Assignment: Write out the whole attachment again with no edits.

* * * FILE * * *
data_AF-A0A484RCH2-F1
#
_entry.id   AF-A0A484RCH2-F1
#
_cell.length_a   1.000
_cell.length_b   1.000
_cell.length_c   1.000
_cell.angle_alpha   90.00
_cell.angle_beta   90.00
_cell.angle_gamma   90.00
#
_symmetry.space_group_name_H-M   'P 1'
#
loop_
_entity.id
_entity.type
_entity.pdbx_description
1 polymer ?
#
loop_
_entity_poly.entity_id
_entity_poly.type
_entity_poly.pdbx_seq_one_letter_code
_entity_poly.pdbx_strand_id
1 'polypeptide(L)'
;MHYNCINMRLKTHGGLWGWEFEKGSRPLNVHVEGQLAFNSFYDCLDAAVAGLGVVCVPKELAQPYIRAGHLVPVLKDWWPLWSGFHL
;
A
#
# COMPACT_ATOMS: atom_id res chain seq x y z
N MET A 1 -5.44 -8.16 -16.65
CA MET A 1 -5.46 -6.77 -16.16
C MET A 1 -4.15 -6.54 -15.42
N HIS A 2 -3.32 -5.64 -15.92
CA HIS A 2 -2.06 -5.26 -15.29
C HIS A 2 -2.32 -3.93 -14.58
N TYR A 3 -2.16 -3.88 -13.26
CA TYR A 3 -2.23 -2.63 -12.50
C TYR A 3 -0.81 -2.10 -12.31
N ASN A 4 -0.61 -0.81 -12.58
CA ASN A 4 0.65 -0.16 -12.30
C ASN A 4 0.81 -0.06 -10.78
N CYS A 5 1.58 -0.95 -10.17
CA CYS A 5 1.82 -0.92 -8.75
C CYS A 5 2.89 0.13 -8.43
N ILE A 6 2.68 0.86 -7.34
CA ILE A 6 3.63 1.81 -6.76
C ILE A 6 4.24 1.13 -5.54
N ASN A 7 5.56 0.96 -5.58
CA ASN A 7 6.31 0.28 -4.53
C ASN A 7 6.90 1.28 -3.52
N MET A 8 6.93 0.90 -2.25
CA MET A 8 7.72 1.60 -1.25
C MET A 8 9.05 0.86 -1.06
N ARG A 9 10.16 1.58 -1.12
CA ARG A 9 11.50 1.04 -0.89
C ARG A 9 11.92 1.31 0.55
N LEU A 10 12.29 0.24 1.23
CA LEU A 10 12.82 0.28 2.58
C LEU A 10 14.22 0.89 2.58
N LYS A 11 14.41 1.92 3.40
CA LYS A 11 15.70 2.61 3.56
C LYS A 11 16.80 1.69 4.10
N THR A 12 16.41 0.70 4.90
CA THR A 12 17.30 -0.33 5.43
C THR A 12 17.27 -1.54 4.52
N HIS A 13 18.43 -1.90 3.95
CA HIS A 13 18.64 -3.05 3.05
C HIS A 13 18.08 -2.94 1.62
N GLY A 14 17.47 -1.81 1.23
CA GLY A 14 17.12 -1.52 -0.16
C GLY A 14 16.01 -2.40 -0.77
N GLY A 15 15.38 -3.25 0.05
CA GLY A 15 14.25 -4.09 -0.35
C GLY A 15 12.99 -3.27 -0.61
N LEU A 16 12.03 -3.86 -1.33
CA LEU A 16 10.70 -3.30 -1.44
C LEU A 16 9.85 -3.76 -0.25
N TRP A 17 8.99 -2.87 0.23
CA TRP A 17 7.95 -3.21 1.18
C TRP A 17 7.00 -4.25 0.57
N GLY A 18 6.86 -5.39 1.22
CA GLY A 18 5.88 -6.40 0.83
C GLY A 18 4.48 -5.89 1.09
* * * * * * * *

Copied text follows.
data_AF-A0A484RCH2-F1
#
_entry.id   AF-A0A484RCH2-F1
#
_cell.length_a   1.000
_cell.length_b   1.000
_cell.length_c   1.000
_cell.angle_alpha   90.00
_cell.angle_beta   90.00
_cell.angle_gamma   90.00
#
_symmetry.space_group_name_H-M   'P 1'
#
loop_
_entity.id
_entity.type
_entity.pdbx_description
1 polymer ?
#
loop_
_entity_poly.entity_id
_entity_poly.type
_entity_poly.pdbx_seq_one_letter_code
_entity_poly.pdbx_strand_id
1 'polypeptide(L)'
;MHYNCINMRLKTHGGLWGWEFEKGSRPLNVHVEGQLAFNSFYDCLDAAVAGLGVVCVPKELAQPYIRAGHLVPVLKDWWPLWSGFHL
;
A
#
# COMPACT_ATOMS: atom_id res chain seq x y z
N MET A 1 -5.44 -8.16 -16.65
CA MET A 1 -5.46 -6.77 -16.16
C MET A 1 -4.15 -6.54 -15.42
N HIS A 2 -3.32 -5.64 -15.92
CA HIS A 2 -2.06 -5.26 -15.29
C HIS A 2 -2.32 -3.93 -14.58
N TYR A 3 -2.16 -3.88 -13.26
CA TYR A 3 -2.23 -2.63 -12.50
C TYR A 3 -0.81 -2.10 -12.31
N ASN A 4 -0.61 -0.81 -12.58
CA ASN A 4 0.65 -0.16 -12.30
C ASN A 4 0.81 -0.06 -10.78
N CYS A 5 1.58 -0.95 -10.17
CA CYS A 5 1.82 -0.92 -8.75
C CYS A 5 2.89 0.13 -8.43
N ILE A 6 2.68 0.86 -7.34
CA ILE A 6 3.63 1.81 -6.76
C ILE A 6 4.24 1.13 -5.54
N ASN A 7 5.56 0.96 -5.58
CA ASN A 7 6.31 0.28 -4.53
C ASN A 7 6.90 1.28 -3.52
N MET A 8 6.93 0.90 -2.25
CA MET A 8 7.72 1.60 -1.25
C MET A 8 9.05 0.86 -1.06
N ARG A 9 10.16 1.58 -1.12
CA ARG A 9 11.50 1.04 -0.89
C ARG A 9 11.92 1.31 0.55
N LEU A 10 12.29 0.24 1.23
CA LEU A 10 12.82 0.28 2.58
C LEU A 10 14.22 0.89 2.58
N LYS A 11 14.41 1.92 3.40
CA LYS A 11 15.70 2.61 3.56
C LYS A 11 16.80 1.69 4.10
N THR A 12 16.41 0.70 4.90
CA THR A 12 17.30 -0.33 5.43
C THR A 12 17.27 -1.54 4.52
N HIS A 13 18.43 -1.90 3.95
CA HIS A 13 18.64 -3.05 3.05
C HIS A 13 18.08 -2.94 1.62
N GLY A 14 17.47 -1.81 1.23
CA GLY A 14 17.12 -1.52 -0.16
C GLY A 14 16.01 -2.40 -0.77
N GLY A 15 15.38 -3.25 0.05
CA GLY A 15 14.25 -4.09 -0.35
C GLY A 15 12.99 -3.27 -0.61
N LEU A 16 12.03 -3.86 -1.33
CA LEU A 16 10.70 -3.30 -1.44
C LEU A 16 9.85 -3.76 -0.25
N TRP A 17 8.99 -2.87 0.23
CA TRP A 17 7.95 -3.21 1.18
C TRP A 17 7.00 -4.25 0.57
N GLY A 18 6.86 -5.39 1.22
CA GLY A 18 5.88 -6.40 0.83
C GLY A 18 4.48 -5.89 1.09